What Komen - Planned Parenthood PR Debacle? For Rightbloggers, It's Win-Whine
Last week, breast cancer org Susan G. Komen for the Cure suddenly withdrew its support of Planned Parenthood. In response, many Planned Parenthood supporters complained. So Komen had to back down, which was a blow to its public image.
That's the story as seen by normal people. In rightblogger land, here's what happened:
Last week, Komen heroically withdrew its support of baby-killers. In response, totalitarian feminists bullied, jackbooted, and threatened to destroy them. So Komen had to back down, which was ultimately good for conservatism.
Komen's original decision got jumped right out of the gate, particularly on Twitter, and soon Democratic politicians, Mayor Michael Bloomberg, Lance Armstrong's LIVESTRONG, The Decemberists, and even some Komen executives lined up against it.
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Both Komen and Planned Parenthood claimed large upticks in donation pledges. But Komen took heavy PR damage (which they seem to have expected -- in December they got former White House Press Secretary Ari Fleischer to preemptively war-game the decision).
Fleischer wasn't the only one on their side, though. Rightbloggers engulfed Komen in a warm group hug.
National Review's Kathryn J. Lopez praised the defunding as "Taking Back the Pink... This Komen-Planned Parenthood relationship has long been a target of pro-life activists and, media bias aside, this appears to be a remarkable turning point... The 'icon' is broken, the myth is being shattered."
"Hats of to [Komen CEO Nancy G. Brinker] and her organization as they find out how committed the baby-killers truly are," said Rick Rice at Wizbang.
"One of America's most unabashedly corrupt and evil organizations has lost some of its funding," said Leon H. Wolf at RedState, "which is cause for at least some rejoicing." RedState chief Erick Erickson bade his disciples send Komen donations in gratitude.
At Get Religion, Mollie Hemingway shared a touching story about a friend who was doing Komen walks in honor of his mother, who suffered from breast cancer. Hemingway was going to contribute, but then she learned Komen gave money to Planned Parenthood, and confronted her friend: "He felt that the money offered to Planned Parenthood would not go to support abortions and therefore was not a dealbreaker," she wrote. "I could not in good conscience support a group that supported Planned Parenthood, even though I really wanted to support him in honoring his mother. Now, I can (and already have and will continue to do so)."
See? Planned Parenthood was keeping Mollie Hemingway from contributing to fight breast cancer. Who wouldn't be against such monsters?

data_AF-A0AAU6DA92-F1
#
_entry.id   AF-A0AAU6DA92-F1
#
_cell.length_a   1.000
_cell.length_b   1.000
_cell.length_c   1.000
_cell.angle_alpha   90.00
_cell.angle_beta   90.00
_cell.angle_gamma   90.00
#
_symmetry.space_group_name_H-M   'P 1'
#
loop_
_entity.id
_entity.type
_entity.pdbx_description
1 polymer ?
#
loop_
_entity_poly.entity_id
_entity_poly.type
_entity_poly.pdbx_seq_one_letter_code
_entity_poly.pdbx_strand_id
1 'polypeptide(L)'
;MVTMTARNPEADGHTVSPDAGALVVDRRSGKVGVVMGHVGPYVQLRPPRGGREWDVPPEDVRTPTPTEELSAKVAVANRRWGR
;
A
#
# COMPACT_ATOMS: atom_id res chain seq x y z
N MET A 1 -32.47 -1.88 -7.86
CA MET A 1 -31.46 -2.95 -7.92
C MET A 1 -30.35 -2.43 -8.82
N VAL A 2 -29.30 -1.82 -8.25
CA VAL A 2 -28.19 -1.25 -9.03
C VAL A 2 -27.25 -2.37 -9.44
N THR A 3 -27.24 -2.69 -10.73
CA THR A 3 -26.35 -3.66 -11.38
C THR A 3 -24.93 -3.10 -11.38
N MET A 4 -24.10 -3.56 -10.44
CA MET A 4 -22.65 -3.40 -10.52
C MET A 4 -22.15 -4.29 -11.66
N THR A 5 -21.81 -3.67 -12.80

Then came the Dolchstoßlegende! Jenny Erickson at The Stir, who was thrilled by Komen's decision (in part because, she said, Planned Parenthood "gives advice to pimps on how to set up brothels full of underage sex slaves"), seemed to see what was coming: "If it backfires," she shrugged, "and they lose more support from this decision, they can always go back to the way things were."
Well, it backfired -- spectacularly. Under public pressure, Komen released a statement that seemed to reverse its stand on Planned Parenthood -- "we will continue to fund existing grants, including those of Planned Parenthood" -- though it left wiggle-room for a de-facto defunding in the future.
The rightblogger response was mostly one giant cry of "No fair."
Their basic proposition was best expressed by Bookworm Room, which conflated the affair with the Obama Administration's recent ruling on Catholic orgs, contraception, and health insurance, and said it demonstrated "the liberal belief that there is nothing, including the Constitution, to stop the government and the liberal elites from dictating how individuals and private entities should spend their money."
In the Komen case, however, no government agency or elitist star chamber "dictated" to them -- they made a policy decision, were criticized, and, being dependent on the good will of the public, desperately tried to finesse it. Democracy at its finest!
Nonetheless rightbloggers generally accepted the idea that, while supporting Komen was robust free speech, opposing Komen was Hitler squared.
The Wall Street Journal's James Taranto talked about George Orwell and "feminism's gradual transformation into a totalitarian ideology." He also claimed that "purportedly pro-choice feminists... hate Sarah Palin and her daughter for choosing not to abort their children."
"The Komen Foundation caves in to bullies," declared Kathleen McKinley at Right Wing News. "Obviously [Komen] misunderestimated the intolerance of the left, for whom diversity of opinion is anathema," said Tom Maguire at Just One Minute. "Planned Parenthood Shakes Down Susan G Komen Like A Schoolyard Bully: Give Us Your Money or We Will Destroy You," offered Bryan Kemper.